❚ PRINCESS JULIA IS A NATIONAL TREASURE. After three decades, she remains one of the UK’s coolest dance deejays, music editor at i-D and co-runs The P.i.X fanzine. She is as beautiful and immaculately attired as she was in the Swinging 80s. In those days Julia Fodor turned heads as the star sales assistant in PX, Helen Robinson’s inspirational New Romantic clothes shop in Covent Garden.
Stunningly coiffed in a beehive hairdo, she could have stepped out of a French nouvelle vague movie – until she opened her mouth. “’Ello dahhlin’,” she greeted you, in broad Eliza Doolittle Cockney.
Once Steve Strange had put Julia in the cloakroom at the Blitz in 1979, her unique style ensured her a place at the centre of all the press coverage the club provoked, as well as in the Visage video for Fade to Grey. As one of the few true Blitz Kids, Julia never ventured into public without her Look.
This month, Julia began a photo-blog called The World of Princess Julia to record her nightlife activities in London and abroad – for her deejay residency at Queen in Paris, she has enjoyed being delivered to work by cross-Channel helicopter. Her first blog post introduces us to her life of what some might call notoriety. Here’s a taste, in Julia’s own words…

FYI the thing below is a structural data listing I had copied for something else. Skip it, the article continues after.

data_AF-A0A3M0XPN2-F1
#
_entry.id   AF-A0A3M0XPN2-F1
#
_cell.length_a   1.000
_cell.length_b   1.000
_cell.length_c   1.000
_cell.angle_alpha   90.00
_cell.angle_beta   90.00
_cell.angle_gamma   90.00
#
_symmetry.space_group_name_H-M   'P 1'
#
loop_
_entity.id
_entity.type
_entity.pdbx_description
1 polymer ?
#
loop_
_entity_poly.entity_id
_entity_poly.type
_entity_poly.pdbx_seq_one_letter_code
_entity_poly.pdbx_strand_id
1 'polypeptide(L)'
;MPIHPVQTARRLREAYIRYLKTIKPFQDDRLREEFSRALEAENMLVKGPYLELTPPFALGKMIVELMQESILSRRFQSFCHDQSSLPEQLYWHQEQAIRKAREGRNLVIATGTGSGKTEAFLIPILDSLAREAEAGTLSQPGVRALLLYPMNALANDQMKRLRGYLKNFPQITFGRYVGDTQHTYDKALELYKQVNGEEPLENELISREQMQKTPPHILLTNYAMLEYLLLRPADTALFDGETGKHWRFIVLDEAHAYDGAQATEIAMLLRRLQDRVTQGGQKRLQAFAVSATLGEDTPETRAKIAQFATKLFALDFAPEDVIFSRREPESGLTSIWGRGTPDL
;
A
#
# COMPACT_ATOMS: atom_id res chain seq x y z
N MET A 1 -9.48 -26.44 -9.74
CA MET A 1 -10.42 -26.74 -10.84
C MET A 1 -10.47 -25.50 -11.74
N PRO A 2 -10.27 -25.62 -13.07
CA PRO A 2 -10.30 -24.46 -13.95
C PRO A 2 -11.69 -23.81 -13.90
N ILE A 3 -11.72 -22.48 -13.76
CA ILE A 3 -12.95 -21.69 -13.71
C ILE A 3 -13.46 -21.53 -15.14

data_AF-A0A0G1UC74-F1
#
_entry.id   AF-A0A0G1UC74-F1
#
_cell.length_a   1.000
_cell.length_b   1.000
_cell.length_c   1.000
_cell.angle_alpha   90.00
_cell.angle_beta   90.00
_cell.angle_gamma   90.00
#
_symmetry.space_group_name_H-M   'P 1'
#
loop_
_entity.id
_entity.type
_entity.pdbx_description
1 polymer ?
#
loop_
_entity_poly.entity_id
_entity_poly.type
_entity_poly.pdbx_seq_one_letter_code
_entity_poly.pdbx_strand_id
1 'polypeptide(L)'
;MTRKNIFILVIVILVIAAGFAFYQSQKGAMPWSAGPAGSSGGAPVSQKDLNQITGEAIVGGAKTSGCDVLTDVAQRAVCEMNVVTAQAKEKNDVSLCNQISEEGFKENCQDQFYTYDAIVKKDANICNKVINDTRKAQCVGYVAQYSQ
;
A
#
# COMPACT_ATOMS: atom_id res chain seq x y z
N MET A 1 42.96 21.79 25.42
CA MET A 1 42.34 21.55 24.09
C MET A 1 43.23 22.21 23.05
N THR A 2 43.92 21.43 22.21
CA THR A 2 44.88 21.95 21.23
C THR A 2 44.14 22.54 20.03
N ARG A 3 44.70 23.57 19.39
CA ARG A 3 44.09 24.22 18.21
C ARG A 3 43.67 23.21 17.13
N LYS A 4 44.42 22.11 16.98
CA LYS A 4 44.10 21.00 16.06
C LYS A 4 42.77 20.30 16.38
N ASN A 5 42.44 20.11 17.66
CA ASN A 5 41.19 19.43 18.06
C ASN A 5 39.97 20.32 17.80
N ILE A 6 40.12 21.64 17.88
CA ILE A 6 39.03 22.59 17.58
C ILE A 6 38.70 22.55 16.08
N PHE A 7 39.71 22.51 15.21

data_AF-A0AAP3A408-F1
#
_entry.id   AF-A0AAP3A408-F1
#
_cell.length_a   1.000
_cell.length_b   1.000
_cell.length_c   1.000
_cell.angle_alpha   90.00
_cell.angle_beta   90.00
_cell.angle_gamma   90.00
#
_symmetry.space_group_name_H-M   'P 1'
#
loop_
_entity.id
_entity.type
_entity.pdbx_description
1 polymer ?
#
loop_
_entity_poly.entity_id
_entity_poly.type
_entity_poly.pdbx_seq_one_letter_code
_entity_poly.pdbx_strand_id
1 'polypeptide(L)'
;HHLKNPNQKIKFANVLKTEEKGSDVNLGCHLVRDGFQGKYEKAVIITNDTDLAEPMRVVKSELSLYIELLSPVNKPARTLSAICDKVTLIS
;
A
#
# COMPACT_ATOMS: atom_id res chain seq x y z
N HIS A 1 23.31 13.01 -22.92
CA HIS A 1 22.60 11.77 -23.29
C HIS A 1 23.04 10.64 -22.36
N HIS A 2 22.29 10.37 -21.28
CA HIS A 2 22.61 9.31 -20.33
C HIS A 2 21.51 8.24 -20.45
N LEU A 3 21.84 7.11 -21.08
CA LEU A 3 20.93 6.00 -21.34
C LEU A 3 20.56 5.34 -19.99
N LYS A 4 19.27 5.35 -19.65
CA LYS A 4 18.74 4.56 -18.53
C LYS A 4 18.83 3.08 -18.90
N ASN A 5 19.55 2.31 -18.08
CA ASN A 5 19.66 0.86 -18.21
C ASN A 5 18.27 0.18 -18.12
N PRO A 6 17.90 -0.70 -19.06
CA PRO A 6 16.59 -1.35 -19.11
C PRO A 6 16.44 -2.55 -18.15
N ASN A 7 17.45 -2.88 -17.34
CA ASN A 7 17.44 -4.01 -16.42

A lot of tinsel, that’s London, we love
our veneer, we love our sleaze
❚ I’M EIGHTEEN, ’78, [Covent Garden is] still boarded up ready for gentrification, coming down soon though. I work in a shop – PX. There’s a rehearsal space downstairs, band music bleeds up, Chrissie’s down there with her Pretenders, she tells me all about it. One day Michael Jackson came by, another time some local kids locked us in for a laugh, it was Cameron McVey and his mates.
I had a “look” then, one of many. I hobbled around in tight, tight skirts and high, high heels from Seditionaries. I took speed and learnt to smoke. I had a good beehive. What’s his name, Paul [Smith] from up north moved into Floral Street, Paul Howie and Lynne Franks had jumpers in Long Acre. There was nothing else round there then shop wise.
We had Bowie on, we played Kraftwerk, we kept a lookout for new music, new makeup, the future, futuristic. Dance moves, soul static robot. Berlin, film-noir. London ’79, cross-dressing melting vista of possibilities. No money, poverty breeds creativity, that’s what they say. Nevertheless perhaps it’s true, especially in London where people seem to gravitate towards seeking out an identity more vital than the one they’ve left behind. I did the same, left north London and headed uptown, central, on the Piccadilly line. London’s built on ley-lines, heard someone say that somewhere, I think it’s true because there’s certain energy here in London…